4.      While doing the cream, combine the pineapple juice, lemon Jell-O, granulated sugar, and the plain gelatin in a saucepot and bring to a boil.  Stir almost constantly and when it’s come to a boil, keep it there for a minute or two to activate the gelatin which is highly important. 

5.      Once it has boiled, remove this mixture from the stove and pour into a shallow dish so that it can cool quickly but do not refrigerate because if it sets up, you have to heat it up once more.

6.      Now, combine the above mixture with the cake cubes, the four jellos, and the whipped cream.  This will begin to set fairly fast so work quickly and then transfer to a baking dish sprayed with PAM.  Use a piece of wax paper sprayed with PAM as well for quick release and then press flat atop the cake mixture.  Refrigerate overnight so that it's set up good.

7.      The next day, whip some more heavy cream with powdered sugar and vanilla, about half of what you used for the cake itself.  Spread this mixture across the top of the firm cake and decorate.

To serve, cut cake into squares and place on a plate with a dollop of whipped cream and perhaps some fresh fruit like sliced strawberries or blueberries or other berries and garnish with a sprig of mint leaf.  Then, your dessert is ready to enjoy and believe me, it will be well-appreciated!

Well, my friends that will be it for today. I think you will have a lovely time with this recipe and that your family, friends, and neighbors will all be agog when they see this delightful dessert.  Save it for the times when you need something that will devastate everyone else and whenever you want to outdo everyone else! See you soon! Bye!

Thanks, my friends!


Gervais Krinkelmeier
ACF, CEC, American Bakers’ Association, the Bread Bakers’ Guild of America, Professional Chef and Baker for 45 years.


END Commentary for Friday, June 10, 2011 by Gervais Krinkelmeier.

Please note that everyone who writes for the Elemental News of the Day is their own person entitled to their own opinions, attitudes, and insanity so does not necessarily speak for all of us.  Thanks, Stinkbug.


This original essay was authored by the one-and-only Gervais Krinkelmeier.

Krinkelmeier, Gervais: “Broken Glass Cake;” recipe developed on September 18, 1991.  



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This is #1269, an 8” x 10" original oil painting by Beverly Carrick entitled, "The Market Place." It's among her more beautiful works and is available for sale. You can see much more of her work at her Website, located at http://www.beverlycarrick.com or at Brian Carrick's Facebook page. At her Website, you will see not only more original oil paintings but also lithographs, giclees, prints, miniatures, photographs, and even her award-winning instructional video entitled, "Painting the Southwest with Beverly Carrick." Beverly has been painting for more than 60 years and is known around the world. Her work hangs in private and public galleries and is followed by a great many fans that circle the globe. We urge you to go to her Website NOW and view her work. It's possible that you will find something you like and will want to buy it for yourself, a friend, a loved one, or a neighbor! You will not be disappointed so please: do yourself a favor and go there IMMEDIATELY! Thank you, the Elemental News of the Day!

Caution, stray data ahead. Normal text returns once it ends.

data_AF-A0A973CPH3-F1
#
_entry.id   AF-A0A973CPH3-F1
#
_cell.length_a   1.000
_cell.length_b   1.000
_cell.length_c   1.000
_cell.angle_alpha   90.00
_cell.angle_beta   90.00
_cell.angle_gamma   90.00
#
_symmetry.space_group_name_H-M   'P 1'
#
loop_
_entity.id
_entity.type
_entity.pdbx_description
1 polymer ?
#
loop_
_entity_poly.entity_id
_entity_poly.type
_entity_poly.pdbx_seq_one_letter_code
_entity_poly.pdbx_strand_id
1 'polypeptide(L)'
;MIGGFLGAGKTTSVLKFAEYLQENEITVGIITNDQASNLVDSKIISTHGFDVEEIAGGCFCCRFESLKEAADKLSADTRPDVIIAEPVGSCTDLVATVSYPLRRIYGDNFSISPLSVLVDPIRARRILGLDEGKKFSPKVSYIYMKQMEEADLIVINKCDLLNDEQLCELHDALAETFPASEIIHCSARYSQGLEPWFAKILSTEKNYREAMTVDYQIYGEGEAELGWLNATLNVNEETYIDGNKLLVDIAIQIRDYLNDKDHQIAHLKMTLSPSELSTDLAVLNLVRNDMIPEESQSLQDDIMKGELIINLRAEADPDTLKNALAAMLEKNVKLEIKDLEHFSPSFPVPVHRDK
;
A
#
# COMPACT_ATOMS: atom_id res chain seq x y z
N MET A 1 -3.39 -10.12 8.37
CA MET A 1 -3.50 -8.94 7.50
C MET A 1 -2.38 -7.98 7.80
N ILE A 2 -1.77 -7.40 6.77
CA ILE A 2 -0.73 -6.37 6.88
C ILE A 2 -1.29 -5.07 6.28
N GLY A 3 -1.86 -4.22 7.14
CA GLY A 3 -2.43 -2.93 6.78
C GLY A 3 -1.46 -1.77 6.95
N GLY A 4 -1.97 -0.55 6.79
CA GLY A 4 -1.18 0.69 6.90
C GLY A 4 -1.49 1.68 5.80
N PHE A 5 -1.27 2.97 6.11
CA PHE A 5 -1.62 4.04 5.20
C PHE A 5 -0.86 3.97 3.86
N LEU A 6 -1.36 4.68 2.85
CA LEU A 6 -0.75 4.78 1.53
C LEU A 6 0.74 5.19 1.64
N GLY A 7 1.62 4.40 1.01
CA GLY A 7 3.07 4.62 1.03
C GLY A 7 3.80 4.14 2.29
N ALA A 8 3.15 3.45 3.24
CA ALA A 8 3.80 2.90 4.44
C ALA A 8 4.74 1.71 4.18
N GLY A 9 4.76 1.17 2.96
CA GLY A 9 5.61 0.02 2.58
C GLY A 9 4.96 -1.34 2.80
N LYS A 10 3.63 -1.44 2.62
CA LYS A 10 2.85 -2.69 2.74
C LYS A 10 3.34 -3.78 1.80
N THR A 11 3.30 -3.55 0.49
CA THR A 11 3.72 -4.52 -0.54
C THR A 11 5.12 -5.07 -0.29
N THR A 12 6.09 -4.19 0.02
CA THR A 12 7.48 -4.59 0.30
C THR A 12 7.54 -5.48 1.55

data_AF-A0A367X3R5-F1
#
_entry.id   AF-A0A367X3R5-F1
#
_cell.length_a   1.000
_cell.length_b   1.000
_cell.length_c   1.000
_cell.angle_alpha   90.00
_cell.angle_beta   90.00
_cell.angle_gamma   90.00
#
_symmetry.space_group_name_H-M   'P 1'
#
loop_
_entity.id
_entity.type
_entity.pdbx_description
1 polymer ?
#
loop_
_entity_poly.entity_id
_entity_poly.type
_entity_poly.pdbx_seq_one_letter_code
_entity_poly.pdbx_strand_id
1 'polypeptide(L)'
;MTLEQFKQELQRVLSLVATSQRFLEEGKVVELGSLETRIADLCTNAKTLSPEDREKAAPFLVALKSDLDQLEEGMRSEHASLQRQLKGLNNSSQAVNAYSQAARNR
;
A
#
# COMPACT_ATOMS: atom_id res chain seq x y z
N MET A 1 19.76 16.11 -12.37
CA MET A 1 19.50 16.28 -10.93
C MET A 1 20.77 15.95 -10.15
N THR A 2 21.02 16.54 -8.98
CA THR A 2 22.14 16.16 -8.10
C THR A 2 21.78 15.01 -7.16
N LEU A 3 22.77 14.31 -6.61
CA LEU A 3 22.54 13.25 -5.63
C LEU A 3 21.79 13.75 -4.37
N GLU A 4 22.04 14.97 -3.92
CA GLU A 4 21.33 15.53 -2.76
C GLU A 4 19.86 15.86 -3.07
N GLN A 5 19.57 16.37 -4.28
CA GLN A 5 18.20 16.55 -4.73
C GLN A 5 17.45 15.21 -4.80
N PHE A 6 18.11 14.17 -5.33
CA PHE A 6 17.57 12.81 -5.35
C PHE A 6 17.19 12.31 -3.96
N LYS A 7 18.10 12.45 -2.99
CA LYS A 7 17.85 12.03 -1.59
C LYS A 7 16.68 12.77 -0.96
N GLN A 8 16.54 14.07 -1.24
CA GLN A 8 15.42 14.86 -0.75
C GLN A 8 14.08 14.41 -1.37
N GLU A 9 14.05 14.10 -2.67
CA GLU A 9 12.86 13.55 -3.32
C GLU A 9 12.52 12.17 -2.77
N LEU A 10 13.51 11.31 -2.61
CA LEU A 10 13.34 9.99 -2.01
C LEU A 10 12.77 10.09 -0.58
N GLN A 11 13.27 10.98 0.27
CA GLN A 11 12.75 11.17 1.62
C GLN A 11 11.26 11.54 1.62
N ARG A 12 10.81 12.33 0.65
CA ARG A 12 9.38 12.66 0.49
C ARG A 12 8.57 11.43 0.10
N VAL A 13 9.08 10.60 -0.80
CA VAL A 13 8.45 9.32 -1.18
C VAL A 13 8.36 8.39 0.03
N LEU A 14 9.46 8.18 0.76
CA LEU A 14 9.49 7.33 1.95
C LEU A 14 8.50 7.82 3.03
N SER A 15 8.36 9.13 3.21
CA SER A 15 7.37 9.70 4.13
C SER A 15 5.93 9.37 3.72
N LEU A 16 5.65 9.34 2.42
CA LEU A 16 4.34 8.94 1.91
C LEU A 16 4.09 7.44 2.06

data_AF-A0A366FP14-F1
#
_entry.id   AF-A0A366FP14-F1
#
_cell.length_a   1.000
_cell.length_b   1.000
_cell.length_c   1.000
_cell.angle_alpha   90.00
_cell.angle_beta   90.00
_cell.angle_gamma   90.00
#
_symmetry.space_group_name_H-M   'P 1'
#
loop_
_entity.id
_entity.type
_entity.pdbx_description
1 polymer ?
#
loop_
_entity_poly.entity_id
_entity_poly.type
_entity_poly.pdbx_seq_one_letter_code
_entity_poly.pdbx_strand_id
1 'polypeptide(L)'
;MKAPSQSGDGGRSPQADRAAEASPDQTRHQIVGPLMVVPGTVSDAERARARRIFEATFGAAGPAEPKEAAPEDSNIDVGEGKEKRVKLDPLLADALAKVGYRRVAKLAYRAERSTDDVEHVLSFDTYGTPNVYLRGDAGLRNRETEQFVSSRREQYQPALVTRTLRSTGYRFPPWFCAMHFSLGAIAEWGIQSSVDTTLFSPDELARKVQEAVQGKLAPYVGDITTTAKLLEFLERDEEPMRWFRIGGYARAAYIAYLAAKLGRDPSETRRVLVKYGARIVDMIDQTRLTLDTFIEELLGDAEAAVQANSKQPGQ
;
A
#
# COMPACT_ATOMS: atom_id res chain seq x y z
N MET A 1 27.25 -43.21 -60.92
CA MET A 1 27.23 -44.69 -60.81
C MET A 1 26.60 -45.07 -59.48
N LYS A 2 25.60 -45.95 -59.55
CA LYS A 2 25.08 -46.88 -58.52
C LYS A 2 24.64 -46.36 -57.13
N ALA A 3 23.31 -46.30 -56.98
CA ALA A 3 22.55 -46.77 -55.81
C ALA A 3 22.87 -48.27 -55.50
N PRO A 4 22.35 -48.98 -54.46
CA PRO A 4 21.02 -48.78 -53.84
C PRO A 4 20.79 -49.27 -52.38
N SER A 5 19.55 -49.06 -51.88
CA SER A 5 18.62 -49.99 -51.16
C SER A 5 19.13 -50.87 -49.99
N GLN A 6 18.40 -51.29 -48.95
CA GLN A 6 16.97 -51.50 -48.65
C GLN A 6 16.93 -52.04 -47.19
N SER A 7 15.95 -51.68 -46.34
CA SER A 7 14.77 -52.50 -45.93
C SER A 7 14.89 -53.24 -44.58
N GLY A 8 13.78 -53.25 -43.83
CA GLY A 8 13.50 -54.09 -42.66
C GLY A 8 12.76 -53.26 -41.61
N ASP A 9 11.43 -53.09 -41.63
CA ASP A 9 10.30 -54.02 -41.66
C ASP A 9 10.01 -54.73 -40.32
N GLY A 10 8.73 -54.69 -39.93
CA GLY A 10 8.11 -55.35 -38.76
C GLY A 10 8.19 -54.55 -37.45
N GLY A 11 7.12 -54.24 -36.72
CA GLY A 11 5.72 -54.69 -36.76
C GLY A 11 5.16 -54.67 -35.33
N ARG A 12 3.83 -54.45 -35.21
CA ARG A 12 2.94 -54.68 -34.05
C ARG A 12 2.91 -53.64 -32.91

Web Pictures I

This is what the Broken Glass Cake looks like when it's set up and is ready for further decoration or to serve.

 This is another shot of the Broken Glass Cake taken on Mother's Day 2011.

This is a close-up shot of the Broken Glass Cake taken on Mother's Day 05-08-2011 at Stinkbug's brother's house where the celebration was held.

This is a serving suggestion: we have topped the finished cake with a spread of whipped heavy, sweetened cream and topped it with freshly sliced and sugared strawberries for good effect.

          This is another view of the finished Broken Glass Cake ready to serve! The possibilities are endless!

   This is the final shot of the Broken Glass Cake prior to being placed in the homemade show pan.



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Classic Bakery Desserts, Culinary Arts, Bakery Recipes, Pies and Pastries, Cream Pies, Murph MacDougal, Gourmet Cooking, Classic Desserts, Desserts, Famous Bakery Recipes, Old-time Cooking, Mousses and Puddings.